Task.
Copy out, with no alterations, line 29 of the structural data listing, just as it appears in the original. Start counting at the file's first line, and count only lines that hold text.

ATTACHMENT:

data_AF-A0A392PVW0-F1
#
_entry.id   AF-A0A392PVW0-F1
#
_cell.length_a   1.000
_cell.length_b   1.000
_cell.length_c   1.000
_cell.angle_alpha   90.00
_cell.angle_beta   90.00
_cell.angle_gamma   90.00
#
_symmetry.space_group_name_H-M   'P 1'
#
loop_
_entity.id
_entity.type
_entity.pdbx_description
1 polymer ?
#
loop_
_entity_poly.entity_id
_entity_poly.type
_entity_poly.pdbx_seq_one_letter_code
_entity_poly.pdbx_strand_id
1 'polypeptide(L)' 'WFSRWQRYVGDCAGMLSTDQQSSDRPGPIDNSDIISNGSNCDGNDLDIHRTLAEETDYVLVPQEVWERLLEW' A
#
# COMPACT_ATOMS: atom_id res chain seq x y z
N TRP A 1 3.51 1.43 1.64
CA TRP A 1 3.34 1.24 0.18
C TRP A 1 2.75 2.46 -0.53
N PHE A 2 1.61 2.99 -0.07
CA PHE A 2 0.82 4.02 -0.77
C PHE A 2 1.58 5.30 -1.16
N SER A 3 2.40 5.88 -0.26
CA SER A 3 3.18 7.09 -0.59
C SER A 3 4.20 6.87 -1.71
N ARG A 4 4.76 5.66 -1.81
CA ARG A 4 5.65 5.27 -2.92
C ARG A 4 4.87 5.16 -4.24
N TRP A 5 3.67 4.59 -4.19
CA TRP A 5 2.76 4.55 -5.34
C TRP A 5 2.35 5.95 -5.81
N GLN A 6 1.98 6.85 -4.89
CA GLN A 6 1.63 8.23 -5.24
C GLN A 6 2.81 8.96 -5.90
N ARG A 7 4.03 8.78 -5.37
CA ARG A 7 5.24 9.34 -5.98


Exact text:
CA TRP A 1 3.34 1.24 0.18